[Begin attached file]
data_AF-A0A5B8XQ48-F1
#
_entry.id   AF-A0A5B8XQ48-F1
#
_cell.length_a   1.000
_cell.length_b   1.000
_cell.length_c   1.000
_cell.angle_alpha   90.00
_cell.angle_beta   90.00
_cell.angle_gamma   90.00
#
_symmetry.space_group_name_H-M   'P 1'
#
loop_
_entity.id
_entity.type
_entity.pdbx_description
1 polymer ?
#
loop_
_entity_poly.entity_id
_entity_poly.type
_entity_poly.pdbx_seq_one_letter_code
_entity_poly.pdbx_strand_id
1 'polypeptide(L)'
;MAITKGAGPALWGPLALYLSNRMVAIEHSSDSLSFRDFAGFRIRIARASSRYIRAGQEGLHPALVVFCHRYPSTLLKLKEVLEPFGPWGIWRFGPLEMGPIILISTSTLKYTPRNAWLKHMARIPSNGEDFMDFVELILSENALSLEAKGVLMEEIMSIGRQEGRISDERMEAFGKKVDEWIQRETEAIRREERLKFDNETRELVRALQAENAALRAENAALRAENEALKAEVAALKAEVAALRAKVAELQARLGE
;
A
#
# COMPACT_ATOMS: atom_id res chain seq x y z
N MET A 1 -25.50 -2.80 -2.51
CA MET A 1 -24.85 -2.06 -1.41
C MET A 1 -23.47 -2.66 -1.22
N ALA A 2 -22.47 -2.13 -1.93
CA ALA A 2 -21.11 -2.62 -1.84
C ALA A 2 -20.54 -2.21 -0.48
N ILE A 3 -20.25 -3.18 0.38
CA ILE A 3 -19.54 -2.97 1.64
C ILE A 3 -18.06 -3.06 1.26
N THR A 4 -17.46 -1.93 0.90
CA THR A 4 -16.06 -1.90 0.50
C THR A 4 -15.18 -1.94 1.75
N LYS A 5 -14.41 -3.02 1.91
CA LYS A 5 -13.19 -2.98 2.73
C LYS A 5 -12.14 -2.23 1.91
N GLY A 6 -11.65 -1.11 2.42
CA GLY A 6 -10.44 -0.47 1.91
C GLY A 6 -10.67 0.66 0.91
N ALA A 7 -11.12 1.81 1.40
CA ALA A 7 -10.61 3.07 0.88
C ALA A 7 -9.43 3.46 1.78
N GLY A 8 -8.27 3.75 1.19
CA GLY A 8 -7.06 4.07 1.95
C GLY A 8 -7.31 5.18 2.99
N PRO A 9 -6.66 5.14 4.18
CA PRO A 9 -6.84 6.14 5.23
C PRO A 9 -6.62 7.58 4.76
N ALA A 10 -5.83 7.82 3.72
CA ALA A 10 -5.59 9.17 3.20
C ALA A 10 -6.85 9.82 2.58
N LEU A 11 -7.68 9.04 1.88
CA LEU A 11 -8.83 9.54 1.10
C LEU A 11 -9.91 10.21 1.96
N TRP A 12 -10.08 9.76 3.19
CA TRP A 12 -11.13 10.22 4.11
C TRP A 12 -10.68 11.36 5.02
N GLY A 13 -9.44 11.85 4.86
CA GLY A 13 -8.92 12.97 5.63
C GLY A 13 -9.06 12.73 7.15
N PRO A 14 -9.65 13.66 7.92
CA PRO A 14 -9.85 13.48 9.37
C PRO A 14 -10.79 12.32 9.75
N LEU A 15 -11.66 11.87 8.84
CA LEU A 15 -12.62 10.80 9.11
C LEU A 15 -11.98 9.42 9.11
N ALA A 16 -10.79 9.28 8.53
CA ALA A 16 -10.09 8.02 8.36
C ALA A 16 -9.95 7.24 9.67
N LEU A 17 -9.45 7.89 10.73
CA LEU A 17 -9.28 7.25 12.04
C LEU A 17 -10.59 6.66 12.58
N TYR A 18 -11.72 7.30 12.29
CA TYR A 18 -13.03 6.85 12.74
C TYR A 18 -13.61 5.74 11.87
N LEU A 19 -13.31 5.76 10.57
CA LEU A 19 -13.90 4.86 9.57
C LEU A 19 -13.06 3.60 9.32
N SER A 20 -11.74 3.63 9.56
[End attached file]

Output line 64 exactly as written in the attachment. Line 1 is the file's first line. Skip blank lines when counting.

N TRP A 12 -10.08 9.76 3.19